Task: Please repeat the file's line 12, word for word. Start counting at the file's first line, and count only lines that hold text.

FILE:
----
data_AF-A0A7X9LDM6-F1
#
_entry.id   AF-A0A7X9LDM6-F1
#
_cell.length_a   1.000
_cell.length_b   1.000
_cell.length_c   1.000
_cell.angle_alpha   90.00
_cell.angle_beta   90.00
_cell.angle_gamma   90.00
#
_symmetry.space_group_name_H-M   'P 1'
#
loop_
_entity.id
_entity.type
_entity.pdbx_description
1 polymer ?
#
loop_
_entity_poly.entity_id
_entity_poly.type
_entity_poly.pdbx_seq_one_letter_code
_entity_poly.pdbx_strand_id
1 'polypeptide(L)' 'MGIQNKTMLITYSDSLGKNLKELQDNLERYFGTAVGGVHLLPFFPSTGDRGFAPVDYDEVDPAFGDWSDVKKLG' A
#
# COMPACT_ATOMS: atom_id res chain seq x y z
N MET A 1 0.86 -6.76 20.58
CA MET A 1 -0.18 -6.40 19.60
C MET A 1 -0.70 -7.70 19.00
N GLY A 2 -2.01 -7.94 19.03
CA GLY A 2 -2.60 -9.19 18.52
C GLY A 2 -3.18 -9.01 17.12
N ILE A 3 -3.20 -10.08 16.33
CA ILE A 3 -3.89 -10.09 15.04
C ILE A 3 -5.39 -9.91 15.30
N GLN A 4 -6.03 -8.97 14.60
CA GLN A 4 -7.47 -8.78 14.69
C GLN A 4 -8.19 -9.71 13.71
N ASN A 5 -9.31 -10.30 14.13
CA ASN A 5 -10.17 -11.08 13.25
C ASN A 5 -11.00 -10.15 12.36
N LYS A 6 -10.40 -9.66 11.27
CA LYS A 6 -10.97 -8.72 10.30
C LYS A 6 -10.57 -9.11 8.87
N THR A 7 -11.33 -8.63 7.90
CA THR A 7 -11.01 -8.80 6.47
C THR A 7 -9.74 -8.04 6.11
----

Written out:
_symmetry.space_group_name_H-M   'P 1'